Sophisticated Ladies

Zach Theatre's revival of this Ellington revue is just like Sir Duke's music: elegant and wildly entertaining

I've got to be a rug cutter: The cast of Zach Theatre's Sophisticated Ladies (Photo by Kirk Tuck)

Duke Ellington: a name that has more than stood the test of time, a jazz legend whose influence is practically without parallel. As with many other musicians of such clout, numerous songs and landmarks have been dedicated to his enduring legacy. In 1981, a musical revue in his honor, titled Sophisticated Ladies, made its Broadway debut. The show is being revived in Zach's beautiful Topfer Theatre in a staging by Associate Artistic Director Abe Reybold, and, as the title suggests, it is a refined, engrossing theatrical experience.

An impressive painted portrait of Sir Duke serves as the stage curtain before the show begins. But just as you begin to appreciate the dreamy image, it flies away, revealing a stunning set for a sexy, retro nightclub stage, complete with grand piano and old-school orchestra music-stand fronts. That's not just window dressing, though; the orchestra is really there in full swing, paying homage to Ellington's signature big-band style. This tremendously talented group of 10 musicians provides the integral first layer of the evening's experience – what would a jazz revue be without the music itself?

And the music is nonstop. From purely instrumental pieces to doleful ballads lamenting lovers lost, Sophisticated Ladies whirls by, note after unrelenting note. Because of the revue nature, the show has neither plot nor characters, but don't make the mistake of thinking that this lack of dramatic form equals a lack of entertainment. Just as jazz itself doesn't rely on traditional musical structure to evoke a gamut of emotions, this spectacle of a show doesn't, and it certainly does not suffer as a result.

The phenomenal singing serves as a perfect complement to the band, and this is largely due to the exquisite talents of Jennifer Holliday. A Tony and Grammy award-winning performer with a résumé as extensive as her vocal range, Holliday lights up the stage, blowing the audience away with her unbelievably powerful set of pipes, which hit notes that you'd generally have to listen to a Whitney Houston recording to hear. Of particular note is her rendition of "Something to Live For," which elicited a standing ovation.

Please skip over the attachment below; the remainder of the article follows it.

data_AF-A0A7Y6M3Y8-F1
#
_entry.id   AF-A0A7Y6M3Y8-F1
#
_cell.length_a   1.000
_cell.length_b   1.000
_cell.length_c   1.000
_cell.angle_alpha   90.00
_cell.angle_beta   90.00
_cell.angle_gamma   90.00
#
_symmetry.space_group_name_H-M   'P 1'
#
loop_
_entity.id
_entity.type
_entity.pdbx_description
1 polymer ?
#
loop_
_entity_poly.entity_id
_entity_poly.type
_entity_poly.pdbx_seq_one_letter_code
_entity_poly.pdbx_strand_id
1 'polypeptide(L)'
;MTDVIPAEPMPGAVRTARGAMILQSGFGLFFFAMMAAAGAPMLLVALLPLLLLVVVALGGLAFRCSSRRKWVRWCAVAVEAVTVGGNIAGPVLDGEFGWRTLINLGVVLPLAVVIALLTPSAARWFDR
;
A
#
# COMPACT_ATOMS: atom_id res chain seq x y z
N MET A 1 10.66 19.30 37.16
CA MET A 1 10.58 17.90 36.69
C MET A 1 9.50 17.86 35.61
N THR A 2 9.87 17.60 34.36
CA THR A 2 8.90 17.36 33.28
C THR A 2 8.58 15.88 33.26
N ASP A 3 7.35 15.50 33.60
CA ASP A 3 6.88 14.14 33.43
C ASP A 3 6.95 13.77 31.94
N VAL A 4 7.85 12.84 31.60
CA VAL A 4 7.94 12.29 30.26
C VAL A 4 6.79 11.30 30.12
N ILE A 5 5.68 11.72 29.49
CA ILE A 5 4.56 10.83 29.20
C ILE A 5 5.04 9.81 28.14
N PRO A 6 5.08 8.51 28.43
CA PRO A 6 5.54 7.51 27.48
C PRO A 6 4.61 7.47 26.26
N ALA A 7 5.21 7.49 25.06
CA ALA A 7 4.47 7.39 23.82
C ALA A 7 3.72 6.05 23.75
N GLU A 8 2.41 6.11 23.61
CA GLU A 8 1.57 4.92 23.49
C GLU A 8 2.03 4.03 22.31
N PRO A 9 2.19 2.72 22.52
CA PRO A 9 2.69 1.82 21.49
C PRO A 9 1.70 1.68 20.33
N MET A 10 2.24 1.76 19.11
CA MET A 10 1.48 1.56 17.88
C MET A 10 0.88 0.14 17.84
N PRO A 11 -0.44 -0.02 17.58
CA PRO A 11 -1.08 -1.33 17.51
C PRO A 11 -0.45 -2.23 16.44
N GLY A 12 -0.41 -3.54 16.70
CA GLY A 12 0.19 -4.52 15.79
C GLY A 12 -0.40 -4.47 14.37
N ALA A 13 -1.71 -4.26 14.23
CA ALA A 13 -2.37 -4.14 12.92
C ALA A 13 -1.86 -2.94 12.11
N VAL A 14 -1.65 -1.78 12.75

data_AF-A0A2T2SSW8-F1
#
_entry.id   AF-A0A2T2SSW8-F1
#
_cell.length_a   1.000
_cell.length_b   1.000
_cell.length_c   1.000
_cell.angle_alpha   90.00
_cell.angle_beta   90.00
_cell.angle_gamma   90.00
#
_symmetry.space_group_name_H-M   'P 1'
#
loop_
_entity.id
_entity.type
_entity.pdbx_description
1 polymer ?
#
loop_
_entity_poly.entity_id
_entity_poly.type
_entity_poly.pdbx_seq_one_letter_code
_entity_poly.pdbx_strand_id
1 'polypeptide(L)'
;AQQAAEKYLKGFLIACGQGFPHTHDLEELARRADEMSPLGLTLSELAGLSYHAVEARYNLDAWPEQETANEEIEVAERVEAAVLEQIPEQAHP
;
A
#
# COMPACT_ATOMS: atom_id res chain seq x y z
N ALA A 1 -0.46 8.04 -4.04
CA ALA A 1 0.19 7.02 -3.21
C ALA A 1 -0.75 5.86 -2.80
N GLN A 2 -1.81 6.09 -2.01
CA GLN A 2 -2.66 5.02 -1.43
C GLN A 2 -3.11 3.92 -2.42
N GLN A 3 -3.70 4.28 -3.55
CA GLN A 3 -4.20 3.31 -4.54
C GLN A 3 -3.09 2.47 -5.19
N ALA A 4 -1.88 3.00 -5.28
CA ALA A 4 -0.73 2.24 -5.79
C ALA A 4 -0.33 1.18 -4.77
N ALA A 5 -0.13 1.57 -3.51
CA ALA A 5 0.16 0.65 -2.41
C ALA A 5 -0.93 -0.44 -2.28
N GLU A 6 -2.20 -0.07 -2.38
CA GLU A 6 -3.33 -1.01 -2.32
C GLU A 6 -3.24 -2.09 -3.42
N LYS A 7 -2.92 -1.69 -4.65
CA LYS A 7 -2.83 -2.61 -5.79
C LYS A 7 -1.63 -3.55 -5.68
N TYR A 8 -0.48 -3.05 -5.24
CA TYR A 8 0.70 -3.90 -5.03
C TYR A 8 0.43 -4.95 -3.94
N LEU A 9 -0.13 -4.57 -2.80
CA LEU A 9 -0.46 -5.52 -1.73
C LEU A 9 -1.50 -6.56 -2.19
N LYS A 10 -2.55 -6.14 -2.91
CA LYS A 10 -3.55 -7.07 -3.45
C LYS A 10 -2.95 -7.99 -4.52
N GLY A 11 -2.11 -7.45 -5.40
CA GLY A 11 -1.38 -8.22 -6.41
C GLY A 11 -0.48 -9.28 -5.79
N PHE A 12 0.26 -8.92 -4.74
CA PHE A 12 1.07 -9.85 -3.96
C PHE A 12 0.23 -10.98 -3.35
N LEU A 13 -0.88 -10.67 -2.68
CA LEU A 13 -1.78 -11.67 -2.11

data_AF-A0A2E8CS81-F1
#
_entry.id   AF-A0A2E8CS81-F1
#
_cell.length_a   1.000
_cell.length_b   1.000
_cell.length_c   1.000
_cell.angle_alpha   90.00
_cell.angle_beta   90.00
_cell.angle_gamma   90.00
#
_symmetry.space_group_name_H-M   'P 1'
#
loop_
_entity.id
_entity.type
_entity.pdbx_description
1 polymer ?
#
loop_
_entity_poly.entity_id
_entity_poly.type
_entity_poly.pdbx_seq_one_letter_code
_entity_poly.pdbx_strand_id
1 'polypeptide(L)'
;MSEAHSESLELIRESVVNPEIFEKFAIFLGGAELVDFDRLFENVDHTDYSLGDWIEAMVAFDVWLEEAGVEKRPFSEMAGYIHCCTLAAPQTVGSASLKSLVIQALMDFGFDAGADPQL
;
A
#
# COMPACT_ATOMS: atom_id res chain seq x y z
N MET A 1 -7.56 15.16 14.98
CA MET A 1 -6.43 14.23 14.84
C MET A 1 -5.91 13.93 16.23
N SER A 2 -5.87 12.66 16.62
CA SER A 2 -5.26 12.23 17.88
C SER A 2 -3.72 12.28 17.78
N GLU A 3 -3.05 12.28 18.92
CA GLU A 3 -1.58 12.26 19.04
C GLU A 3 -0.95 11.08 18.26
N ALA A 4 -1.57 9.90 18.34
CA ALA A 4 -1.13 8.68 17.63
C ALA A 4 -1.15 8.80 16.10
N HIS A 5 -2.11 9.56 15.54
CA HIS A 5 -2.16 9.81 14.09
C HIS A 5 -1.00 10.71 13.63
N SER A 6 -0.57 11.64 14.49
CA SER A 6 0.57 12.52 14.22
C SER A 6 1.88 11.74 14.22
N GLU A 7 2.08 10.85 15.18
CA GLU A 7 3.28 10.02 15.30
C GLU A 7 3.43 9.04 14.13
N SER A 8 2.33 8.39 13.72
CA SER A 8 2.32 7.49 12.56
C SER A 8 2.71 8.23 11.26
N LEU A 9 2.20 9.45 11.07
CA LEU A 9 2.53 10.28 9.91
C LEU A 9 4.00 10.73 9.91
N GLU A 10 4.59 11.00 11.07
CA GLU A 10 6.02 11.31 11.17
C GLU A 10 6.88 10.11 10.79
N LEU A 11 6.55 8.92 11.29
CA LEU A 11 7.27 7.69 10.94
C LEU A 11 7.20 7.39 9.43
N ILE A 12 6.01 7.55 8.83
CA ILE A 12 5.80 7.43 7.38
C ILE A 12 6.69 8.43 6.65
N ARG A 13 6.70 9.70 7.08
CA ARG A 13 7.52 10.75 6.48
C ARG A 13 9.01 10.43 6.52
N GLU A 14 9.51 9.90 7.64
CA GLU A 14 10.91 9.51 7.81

Music aside, the night largely belongs to the outstanding dancing, brilliantly and inventively choreographed by Dominique Kelley. It is unfortunately rare to see a show with so much tap dancing, and even rarer to see that tapping executed so precisely. These dancers are clearly highly skilled at their craft, but also perform their routines with contagious energy and charisma. One of my favorite moments occurred when a tap solo became a tap duel, then eventually a full-scale tap battle à la West Side Story, another exhaustive display of immense skill that brought the audience to its feet.

Michelle Habeck's soft and romantic lighting paired perfectly with Susan Branch Towne's gorgeous costumes, making the production as compelling visually as it was aurally. For both the eye and ear, this Sophisticated Ladies is just like the inimitable music of Duke Ellington: equally elegant and wildly entertaining.

Sophisticated Ladies

Zach Topfer Theatre, 202 S. Lamar, 512/476-0541
Through Aug. 23
Running time: 2 hr., 15 min.
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Zach Theatre, Abe Reybold, Duke Ellington, Jennifer Holliday, Dominique Kelley, Michelle Habeck, Susan Branch Towne

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